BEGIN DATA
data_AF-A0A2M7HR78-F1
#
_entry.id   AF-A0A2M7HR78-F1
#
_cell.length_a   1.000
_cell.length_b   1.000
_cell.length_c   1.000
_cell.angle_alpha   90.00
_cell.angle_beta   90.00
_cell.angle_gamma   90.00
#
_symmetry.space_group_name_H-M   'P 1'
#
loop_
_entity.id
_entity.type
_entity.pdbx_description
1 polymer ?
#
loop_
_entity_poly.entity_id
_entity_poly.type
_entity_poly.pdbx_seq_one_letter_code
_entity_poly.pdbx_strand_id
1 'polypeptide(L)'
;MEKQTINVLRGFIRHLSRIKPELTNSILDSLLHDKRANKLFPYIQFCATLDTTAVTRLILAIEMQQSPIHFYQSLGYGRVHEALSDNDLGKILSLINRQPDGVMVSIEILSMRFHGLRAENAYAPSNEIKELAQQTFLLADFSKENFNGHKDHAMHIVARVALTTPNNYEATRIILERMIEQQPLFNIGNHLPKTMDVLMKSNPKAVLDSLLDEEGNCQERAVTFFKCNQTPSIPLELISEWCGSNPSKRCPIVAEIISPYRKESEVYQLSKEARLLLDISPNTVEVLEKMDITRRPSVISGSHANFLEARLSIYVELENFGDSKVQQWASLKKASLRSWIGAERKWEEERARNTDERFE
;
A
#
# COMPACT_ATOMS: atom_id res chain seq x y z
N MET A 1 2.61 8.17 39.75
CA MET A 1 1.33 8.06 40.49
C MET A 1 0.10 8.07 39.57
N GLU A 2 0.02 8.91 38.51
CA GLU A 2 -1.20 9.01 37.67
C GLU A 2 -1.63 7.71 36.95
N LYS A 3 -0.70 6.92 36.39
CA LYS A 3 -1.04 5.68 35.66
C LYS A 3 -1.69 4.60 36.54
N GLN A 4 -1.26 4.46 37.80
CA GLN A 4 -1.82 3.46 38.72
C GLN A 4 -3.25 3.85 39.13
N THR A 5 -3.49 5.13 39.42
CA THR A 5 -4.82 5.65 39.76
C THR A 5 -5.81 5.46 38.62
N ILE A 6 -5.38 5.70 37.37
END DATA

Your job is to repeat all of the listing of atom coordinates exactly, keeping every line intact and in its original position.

data_AF-A0A2M7HR78-F1
#
_entry.id   AF-A0A2M7HR78-F1
#
_cell.length_a   1.000
_cell.length_b   1.000
_cell.length_c   1.000
_cell.angle_alpha   90.00
_cell.angle_beta   90.00
_cell.angle_gamma   90.00
#
_symmetry.space_group_name_H-M   'P 1'
#
loop_
_entity.id
_entity.type
_entity.pdbx_description
1 polymer ?
#
loop_
_entity_poly.entity_id
_entity_poly.type
_entity_poly.pdbx_seq_one_letter_code
_entity_poly.pdbx_strand_id
1 'polypeptide(L)'
;MEKQTINVLRGFIRHLSRIKPELTNSILDSLLHDKRANKLFPYIQFCATLDTTAVTRLILAIEMQQSPIHFYQSLGYGRVHEALSDNDLGKILSLINRQPDGVMVSIEILSMRFHGLRAENAYAPSNEIKELAQQTFLLADFSKENFNGHKDHAMHIVARVALTTPNNYEATRIILERMIEQQPLFNIGNHLPKTMDVLMKSNPKAVLDSLLDEEGNCQERAVTFFKCNQTPSIPLELISEWCGSNPSKRCPIVAEIISPYRKESEVYQLSKEARLLLDISPNTVEVLEKMDITRRPSVISGSHANFLEARLSIYVELENFGDSKVQQWASLKKASLRSWIGAERKWEEERARNTDERFE
;
A
#
# COMPACT_ATOMS: atom_id res chain seq x y z
N MET A 1 2.61 8.17 39.75
CA MET A 1 1.33 8.06 40.49
C MET A 1 0.10 8.07 39.57
N GLU A 2 0.02 8.91 38.51
CA GLU A 2 -1.20 9.01 37.67
C GLU A 2 -1.63 7.71 36.95
N LYS A 3 -0.70 6.92 36.39
CA LYS A 3 -1.04 5.68 35.66
C LYS A 3 -1.69 4.60 36.54
N GLN A 4 -1.26 4.46 37.80
CA GLN A 4 -1.82 3.46 38.72
C GLN A 4 -3.25 3.85 39.13
N THR A 5 -3.49 5.13 39.42
CA THR A 5 -4.82 5.65 39.76
C THR A 5 -5.81 5.46 38.62
N ILE A 6 -5.38 5.70 37.37